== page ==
Amt für Umwelt und Energie, Basel (Switzerland)
The new building for the Amt für Umwelt und Energie (Office for Environment and Energy) in Basel was completed in 2021 not far from the market square with its historic town hall. Right from the beginning, the client’s goal was to realise a “flagship project for sustainable construction” and a multiplier for other building schemes.
The slender and rectangular eight-storey building fits snugly between existing neighbouring buildings as a freestanding structure that responds in height to the surrounding context. The two upper storeys are set back to prevent overshadowing.
The energy concept for the building, which is constructed using a hybrid timber-concrete frame structure, is based on providing district heating and natural night-time cooling with thermal component activation as well as mechanical hygiene ventilation with closed-cavity windows. Combined with the photovoltaics integrated in the façade and the utilization of grey water, this has enabled the building to meet the requirements of the MINERGIE-A-ECO label.
The façade is characterised by a clearly defined grid with large-format window openings and narrow vertical ventilation sashes, which are also designed as corner windows in the southwest. More than two thirds of the opaque surfaces are designed as PV façades.
The façade concept ultimately realised underwent multiple design iterations. An approach using visible amber-coloured polycrystalline photovoltaic cells was initially pursued. Not yet satisfied with the result as an “urban solar dress”, the architectural practice further developed the concept by using 3D fused glass as the front panel. After experimenting
with different textures, they decided on a structure with a square grid and circular depressions in the surface. In order to accentuate the slightly translucent effect, especially when viewed from a distance, a PVB film with metallic reflected dots was additionally inserted between the fused glass and the PV cells. These dots are arranged in the surface
in three different degrees of density, graded between 5, 7.2 and 9 per cent, which rise from the first floor, initially each time over two storeys, to the seventh floor.
The result fascinates with its innovative reinterpretation of a glass/photovoltaic façade, in which historical architectural references are also recognisable. The chosen texture with its “deliberate unevenness” is reminiscent of Pierre Chareau’s façade with glass blocks at the Maison de Verre (1931) in Paris.
PV modules with an output of 167 kW are installed across a 1,141 m2 area using concealed fixings. This enables the building’s annual electricity requirement (approx. 45,000 kWh) to be covered, with surplus electricity fed into the grid.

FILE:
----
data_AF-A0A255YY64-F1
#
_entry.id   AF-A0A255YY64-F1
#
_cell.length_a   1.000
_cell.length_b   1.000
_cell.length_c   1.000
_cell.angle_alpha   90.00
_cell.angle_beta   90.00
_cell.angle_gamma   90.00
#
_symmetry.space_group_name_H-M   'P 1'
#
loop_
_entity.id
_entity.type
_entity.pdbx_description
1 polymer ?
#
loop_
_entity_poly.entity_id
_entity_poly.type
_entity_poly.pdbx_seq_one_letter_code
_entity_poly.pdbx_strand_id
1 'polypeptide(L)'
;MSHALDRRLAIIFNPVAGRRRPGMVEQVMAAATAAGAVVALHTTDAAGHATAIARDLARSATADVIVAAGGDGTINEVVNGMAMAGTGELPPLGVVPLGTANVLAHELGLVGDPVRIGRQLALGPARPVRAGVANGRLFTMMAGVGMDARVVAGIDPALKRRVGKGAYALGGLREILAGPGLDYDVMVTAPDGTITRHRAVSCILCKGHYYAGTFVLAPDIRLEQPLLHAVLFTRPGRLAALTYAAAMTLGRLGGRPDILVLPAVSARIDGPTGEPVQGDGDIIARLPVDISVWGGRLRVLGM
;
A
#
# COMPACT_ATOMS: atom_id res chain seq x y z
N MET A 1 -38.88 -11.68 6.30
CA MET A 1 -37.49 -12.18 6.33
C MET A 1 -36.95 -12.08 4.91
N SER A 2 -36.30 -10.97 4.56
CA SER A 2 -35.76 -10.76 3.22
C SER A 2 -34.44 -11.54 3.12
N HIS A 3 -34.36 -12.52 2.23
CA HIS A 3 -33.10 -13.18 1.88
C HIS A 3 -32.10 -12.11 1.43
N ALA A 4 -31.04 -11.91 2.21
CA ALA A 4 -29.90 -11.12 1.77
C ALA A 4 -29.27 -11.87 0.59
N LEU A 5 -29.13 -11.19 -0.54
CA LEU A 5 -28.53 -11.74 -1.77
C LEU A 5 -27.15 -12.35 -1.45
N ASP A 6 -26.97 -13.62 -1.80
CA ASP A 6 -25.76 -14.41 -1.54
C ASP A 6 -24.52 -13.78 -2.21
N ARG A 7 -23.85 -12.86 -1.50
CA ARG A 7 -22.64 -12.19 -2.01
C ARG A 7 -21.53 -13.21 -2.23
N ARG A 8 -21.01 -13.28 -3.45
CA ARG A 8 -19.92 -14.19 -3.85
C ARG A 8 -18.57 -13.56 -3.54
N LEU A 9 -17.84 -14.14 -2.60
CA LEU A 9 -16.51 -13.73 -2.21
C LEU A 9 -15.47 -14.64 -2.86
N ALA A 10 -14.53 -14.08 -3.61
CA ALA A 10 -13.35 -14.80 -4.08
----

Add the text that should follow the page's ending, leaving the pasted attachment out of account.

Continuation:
In teamwork with specialist designers and manufacturers, the architects have succeeded in creating an extraordinary solution with this façade. In conjunction with a coherent building concept, their aesthetic and technical ambition has enabled the photovoltaics to present a completely new expression of solar technology – especially in close-up view – that also
succeeds in integrating the building into the urban context.
This project is the winner of the “Architecture Award Building-Integrated Solar Technology 2022“.
Architect: jessenvollenweider architektur
Operator: Amt für Umwelt und Energie (AUE)
Owner: Einwohnergemeinde der Stadt Basel
Representant of the client: Bau- und Verkehrsdepartement des Kanton Basel Stadt
PV modules: Megasol Energie AG
Get an Overview of the series "Solar architecture at its best – Excellent projects from the Architecture Award Building Integrated Solar Technology 2022 introduced briefly“
About the Architecture Award Building Integrated Solar Technology
The “Architecture Award Building-Integrated Solar Technology“ was started in the year 2000 by the Solarenergieförderverein Bayern (Bavarian Association for the Promotion of Solar Energy) and held since then for the 9th time. The award is established as an international competition concerning the interface between architecture and solar energy. The prize honors exemplary contributions of planning and designing building-integrated solar systems.
In the last edition of the competition the jury singled out 15 projects from 121 entries, which we want to present in a series. The jury was unanimous in its positive assessment that even with very different building tasks, and in different environments, these projects show that photovoltaic modules and solar thermal collectors can be successfully integrated with equal ambition in terms of design and technology.